Of arrays and methods

In X++ arrays and methods don’t mix well. You can write a function that takes a parameter as an input value like this:

void arrayInput(str values[])
{
    int i;
    ;
 
    for (i=1; i<=dimOf(values); ++i)
    {
        info(values[i]);
    }
}

The compiler doesn’t object. Yet. Code calling this method just doesn’t compile.

static void main(Args _args)
{
    DemoArray c = new DemoArray();
    str v[];
    ;
 
    // ...
    c.arrayInput(v);  // Compiler says no
}

Writing a method that returns an array doesn’t work either. Because of the syntax of arrays in X++, with brackets following the variable name, there’s no decent way to define the return type.

str[] arrayOutput()  // Try defining an array return type here...
{
    str v[];
    ;
 
    v[1] = "a";
    v[2] = "ab";
    v[3] = "abc";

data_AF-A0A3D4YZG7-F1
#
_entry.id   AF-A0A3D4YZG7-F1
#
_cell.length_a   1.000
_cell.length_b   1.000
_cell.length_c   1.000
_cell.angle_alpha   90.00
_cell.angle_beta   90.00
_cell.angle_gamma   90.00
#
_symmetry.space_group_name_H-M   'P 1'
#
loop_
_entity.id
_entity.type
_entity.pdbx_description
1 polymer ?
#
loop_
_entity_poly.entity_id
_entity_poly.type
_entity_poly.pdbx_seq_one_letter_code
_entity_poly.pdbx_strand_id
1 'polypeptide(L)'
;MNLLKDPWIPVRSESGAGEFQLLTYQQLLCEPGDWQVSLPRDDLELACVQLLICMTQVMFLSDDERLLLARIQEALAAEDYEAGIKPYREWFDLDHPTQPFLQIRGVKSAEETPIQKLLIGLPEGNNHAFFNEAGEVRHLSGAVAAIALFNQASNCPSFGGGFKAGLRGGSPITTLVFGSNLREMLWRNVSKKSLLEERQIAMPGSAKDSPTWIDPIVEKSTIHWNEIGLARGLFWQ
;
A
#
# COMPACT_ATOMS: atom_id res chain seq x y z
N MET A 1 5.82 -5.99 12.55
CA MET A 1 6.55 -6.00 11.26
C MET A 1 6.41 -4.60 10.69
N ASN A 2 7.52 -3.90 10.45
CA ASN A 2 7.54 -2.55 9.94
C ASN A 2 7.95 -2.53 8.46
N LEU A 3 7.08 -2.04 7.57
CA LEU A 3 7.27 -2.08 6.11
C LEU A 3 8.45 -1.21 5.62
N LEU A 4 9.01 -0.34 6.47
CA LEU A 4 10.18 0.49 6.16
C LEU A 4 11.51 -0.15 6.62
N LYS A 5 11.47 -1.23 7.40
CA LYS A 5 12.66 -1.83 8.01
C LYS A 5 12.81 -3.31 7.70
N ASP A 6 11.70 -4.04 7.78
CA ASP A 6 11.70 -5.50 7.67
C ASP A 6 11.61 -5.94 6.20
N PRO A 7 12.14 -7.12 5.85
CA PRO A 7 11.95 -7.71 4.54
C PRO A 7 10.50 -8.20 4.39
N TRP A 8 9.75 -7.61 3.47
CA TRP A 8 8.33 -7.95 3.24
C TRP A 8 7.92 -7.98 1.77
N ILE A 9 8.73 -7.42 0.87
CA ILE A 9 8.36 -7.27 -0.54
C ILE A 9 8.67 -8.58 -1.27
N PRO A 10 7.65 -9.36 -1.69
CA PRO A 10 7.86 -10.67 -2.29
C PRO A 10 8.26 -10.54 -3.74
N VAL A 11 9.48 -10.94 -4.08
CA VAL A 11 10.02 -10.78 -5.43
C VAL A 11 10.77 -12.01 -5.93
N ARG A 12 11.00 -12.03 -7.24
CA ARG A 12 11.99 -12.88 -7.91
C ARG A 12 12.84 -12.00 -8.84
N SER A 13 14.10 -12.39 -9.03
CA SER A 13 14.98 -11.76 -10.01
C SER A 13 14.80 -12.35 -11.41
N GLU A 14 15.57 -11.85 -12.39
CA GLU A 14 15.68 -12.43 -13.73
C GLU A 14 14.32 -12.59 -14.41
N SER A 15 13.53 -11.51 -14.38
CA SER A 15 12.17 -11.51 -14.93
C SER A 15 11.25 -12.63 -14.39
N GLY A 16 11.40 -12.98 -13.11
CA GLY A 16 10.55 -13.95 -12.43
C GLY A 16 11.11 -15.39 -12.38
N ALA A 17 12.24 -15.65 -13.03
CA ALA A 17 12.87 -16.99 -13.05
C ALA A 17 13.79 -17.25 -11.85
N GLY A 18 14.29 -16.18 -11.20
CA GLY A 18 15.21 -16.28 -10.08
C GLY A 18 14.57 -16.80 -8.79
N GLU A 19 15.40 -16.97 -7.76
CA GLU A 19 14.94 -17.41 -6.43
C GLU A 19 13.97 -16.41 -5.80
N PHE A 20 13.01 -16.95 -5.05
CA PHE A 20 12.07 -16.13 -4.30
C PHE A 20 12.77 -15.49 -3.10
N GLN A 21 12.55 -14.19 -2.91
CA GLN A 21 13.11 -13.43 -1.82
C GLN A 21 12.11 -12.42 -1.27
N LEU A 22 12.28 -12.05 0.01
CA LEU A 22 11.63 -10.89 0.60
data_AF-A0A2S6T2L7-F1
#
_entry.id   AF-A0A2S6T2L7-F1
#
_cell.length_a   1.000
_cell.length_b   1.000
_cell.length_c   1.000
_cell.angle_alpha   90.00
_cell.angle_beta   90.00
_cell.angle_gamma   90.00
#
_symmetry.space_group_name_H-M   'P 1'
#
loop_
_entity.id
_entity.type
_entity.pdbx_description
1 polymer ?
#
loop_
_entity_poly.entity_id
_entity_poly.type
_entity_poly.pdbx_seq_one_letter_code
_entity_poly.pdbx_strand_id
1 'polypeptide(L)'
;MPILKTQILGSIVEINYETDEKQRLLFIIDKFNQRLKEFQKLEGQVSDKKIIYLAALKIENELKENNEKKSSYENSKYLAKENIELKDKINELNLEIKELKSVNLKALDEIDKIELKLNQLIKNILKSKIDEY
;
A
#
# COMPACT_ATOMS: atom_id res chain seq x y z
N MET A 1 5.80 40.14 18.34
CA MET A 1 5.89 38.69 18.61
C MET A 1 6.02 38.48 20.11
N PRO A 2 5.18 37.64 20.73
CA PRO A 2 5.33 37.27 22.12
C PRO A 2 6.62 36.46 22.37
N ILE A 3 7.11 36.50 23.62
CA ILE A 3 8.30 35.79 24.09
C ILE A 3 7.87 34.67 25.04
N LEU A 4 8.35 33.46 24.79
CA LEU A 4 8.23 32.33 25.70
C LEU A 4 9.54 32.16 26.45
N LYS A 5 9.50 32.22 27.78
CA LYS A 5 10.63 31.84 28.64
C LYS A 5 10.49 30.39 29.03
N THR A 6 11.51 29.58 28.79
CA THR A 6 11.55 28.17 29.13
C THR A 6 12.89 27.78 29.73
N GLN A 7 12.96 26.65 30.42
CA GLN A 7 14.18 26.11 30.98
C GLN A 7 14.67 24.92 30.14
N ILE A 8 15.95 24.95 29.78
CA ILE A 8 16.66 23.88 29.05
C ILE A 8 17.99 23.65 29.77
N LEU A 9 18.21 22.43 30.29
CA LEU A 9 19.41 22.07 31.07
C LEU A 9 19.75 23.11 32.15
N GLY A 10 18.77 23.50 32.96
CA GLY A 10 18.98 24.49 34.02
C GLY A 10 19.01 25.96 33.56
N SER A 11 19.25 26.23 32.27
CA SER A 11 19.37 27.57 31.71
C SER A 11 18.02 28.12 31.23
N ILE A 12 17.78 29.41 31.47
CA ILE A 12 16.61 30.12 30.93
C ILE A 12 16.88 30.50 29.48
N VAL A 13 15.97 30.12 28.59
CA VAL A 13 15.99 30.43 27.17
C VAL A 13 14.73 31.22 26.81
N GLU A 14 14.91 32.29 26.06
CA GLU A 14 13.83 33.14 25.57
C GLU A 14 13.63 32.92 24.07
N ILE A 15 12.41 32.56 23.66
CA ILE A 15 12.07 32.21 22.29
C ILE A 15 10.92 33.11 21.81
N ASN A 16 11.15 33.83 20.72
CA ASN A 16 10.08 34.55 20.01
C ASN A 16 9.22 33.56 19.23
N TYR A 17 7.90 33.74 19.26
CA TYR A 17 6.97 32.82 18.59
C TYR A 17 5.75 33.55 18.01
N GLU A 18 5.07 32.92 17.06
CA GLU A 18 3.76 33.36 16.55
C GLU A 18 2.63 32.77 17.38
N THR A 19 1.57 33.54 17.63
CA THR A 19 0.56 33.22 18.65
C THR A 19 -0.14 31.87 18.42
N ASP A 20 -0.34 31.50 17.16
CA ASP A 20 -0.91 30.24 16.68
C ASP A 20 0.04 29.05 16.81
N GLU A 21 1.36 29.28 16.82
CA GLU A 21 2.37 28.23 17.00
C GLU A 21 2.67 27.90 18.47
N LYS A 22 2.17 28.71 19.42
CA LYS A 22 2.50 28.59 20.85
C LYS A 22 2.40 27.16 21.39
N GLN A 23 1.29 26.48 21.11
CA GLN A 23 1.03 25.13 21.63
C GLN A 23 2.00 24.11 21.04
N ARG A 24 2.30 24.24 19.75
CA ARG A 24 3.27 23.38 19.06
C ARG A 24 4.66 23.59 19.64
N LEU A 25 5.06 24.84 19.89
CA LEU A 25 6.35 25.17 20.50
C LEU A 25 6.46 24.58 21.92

return v;
}

However, there is a way around it. If you use an extended data type with several array elements the compiler won’t choke on it.
Screenshot of data type
The main drawback here is that the length of the array is fixed in the data type.

With the data type the code looks like this:

ValueArray arrayOutput()
{
    ValueArray v;
    ;
 
    v[1] = "a";
    v[2] = "ab";
    v[3] = "abc";
 
    return v;
}
 
void arrayInput(ValueArray values[])
{
    int i;
    ;
 
    for (i=1; i<=dimOf(values); ++i)
    {
        info(values[i]);
    }
}
 
static void main(Args _args)
{
    DemoArray c = new DemoArray();
    ValueArray v;
    ;
 
    v = c.arrayOutput();
 
    c.arrayInput(v);
}

It’s kind of weird but it works fine. Obviously the runtime can handle more than the compiler and X++ syntax allow. It’s a bit kludgy but it can save you a lot of work when confronted with legacy code.

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